31 Conclusions PageRank algorithm was the first algorithm for link-based search Many extensions and improvements since then See papers on class Web page Same idea used in social networks for determining importance Real-world search involves many other aspects besides PageRank E.g., use of logistic regression for ranking Learns how to predict relevance of page (represented by bag of words) relative to a query, using historical click data See paper by Joachims on class Web page Additional slides (optional) HITS algorithm, Kleinberg, 1998

33 PageRank: Limitations rich get richer syndrome not as democratic as originally (nobly) claimed certainly not 1 vote per WWW citizen also: crawling frequency tends to be based on pagerank for detailed grumblings, see etc. not query-sensitive random walk same regardless of query topic whereas real random surfer has some topic interests non-uniform jumping vector needed would enable personalization (but requires faster eigenvector convergence) Topic of ongoing research ad hoc mix of PageRank & keyword match score done in two steps for efficiency, not quality motivations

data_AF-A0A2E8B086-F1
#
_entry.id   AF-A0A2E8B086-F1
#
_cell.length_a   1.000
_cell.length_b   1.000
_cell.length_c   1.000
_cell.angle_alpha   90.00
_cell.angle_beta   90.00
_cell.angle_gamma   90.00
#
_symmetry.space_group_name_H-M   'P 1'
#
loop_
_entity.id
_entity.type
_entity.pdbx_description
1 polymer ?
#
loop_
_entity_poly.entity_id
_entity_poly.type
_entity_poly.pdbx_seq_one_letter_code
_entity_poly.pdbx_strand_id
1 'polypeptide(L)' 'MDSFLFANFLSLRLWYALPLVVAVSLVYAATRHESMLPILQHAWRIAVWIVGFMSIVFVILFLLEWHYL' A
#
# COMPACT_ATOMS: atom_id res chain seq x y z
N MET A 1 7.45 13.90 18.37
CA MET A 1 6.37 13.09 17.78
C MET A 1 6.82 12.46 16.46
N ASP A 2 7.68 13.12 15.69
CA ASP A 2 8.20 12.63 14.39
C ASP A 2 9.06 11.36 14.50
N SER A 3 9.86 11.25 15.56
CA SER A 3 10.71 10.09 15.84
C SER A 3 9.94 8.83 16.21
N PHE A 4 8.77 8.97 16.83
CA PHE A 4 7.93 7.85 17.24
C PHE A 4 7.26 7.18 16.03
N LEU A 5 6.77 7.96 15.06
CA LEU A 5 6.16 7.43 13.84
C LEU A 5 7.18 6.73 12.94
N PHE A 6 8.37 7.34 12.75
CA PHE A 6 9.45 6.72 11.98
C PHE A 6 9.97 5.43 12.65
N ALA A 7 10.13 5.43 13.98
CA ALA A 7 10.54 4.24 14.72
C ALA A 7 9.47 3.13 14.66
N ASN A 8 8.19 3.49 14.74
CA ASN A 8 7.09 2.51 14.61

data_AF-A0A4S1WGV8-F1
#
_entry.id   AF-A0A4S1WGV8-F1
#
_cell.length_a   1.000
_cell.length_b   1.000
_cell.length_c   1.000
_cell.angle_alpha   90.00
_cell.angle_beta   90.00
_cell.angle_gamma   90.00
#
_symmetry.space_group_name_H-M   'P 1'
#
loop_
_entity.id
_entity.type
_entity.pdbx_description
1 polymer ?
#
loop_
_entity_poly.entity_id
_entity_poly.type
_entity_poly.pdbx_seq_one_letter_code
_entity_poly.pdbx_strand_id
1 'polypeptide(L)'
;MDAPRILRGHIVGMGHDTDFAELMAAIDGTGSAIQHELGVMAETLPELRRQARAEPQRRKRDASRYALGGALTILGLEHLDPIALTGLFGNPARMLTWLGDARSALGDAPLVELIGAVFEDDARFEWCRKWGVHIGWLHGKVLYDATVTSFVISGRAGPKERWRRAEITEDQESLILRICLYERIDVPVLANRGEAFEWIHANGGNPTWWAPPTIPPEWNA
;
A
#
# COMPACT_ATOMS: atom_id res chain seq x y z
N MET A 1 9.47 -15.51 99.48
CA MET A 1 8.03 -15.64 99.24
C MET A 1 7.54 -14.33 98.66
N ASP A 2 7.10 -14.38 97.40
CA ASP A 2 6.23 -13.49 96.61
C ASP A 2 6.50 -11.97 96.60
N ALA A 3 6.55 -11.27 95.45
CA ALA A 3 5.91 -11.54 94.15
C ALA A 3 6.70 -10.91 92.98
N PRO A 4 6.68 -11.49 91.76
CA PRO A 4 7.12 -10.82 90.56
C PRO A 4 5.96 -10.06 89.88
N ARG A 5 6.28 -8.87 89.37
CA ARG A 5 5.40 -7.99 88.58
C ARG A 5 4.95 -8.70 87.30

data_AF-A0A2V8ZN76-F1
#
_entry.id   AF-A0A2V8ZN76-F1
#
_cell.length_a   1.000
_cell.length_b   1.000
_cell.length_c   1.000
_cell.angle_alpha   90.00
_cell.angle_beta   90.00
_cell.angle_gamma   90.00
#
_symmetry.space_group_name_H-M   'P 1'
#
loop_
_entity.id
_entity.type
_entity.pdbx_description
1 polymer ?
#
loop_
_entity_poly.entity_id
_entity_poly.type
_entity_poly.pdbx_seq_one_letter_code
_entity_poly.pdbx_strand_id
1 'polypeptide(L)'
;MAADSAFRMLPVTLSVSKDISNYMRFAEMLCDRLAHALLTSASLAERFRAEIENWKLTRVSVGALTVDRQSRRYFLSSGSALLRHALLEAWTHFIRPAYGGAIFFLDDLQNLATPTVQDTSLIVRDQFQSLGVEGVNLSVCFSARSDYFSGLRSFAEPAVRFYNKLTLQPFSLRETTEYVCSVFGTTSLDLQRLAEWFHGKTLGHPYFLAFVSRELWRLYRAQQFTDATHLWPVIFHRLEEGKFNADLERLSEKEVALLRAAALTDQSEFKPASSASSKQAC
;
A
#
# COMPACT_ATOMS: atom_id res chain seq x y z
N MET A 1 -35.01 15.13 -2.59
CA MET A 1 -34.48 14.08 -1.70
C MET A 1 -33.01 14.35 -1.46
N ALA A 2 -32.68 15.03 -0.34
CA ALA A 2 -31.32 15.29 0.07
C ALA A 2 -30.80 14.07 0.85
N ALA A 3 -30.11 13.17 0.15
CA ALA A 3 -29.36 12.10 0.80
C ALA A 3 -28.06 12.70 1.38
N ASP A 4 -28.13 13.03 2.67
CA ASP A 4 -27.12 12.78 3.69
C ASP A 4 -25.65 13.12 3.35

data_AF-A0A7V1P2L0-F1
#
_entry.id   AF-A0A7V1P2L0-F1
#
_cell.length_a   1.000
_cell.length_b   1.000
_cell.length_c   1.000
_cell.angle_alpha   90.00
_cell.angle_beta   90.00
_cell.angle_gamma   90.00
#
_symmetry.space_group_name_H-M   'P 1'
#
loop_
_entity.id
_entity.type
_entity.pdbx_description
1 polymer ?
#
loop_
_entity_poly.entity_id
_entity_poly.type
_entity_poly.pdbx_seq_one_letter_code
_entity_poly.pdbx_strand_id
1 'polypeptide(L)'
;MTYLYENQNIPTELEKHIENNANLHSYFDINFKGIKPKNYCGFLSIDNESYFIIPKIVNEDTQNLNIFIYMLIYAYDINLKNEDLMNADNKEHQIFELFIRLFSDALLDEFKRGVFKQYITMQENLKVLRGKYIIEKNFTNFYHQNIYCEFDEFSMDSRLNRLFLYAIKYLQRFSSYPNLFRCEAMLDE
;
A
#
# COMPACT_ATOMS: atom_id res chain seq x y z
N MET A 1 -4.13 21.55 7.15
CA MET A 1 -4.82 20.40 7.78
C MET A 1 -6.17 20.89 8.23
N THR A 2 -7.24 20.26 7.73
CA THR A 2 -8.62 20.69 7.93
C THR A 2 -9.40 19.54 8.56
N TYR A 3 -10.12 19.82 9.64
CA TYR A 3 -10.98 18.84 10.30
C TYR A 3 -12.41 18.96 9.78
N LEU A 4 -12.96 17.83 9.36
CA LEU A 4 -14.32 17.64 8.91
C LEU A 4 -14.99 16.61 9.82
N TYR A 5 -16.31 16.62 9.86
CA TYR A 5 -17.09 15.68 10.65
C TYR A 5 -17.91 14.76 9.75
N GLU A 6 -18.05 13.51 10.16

34 HITS: Hub and Authority Rankings J. Kleinberg, Authorative sources in a hyperlinked environment, Proceedings of ACM SODA Conference, HITS Hypertext Induced Topic Selection Every page u has two distinct measures of merit, its hub score h[u] and its authority score a[u]. Recursive quantitative definitions of hub and authority scores Relies on query-time processing To select base set Vq of links for query q constructed by selecting a sub-graph R from the Web (root set) relevant to the query selecting any node u which neighbors any r \in R via an inbound or outbound edge (expanded set) To deduce hubs and authorities that exist in a sub-graph of the Web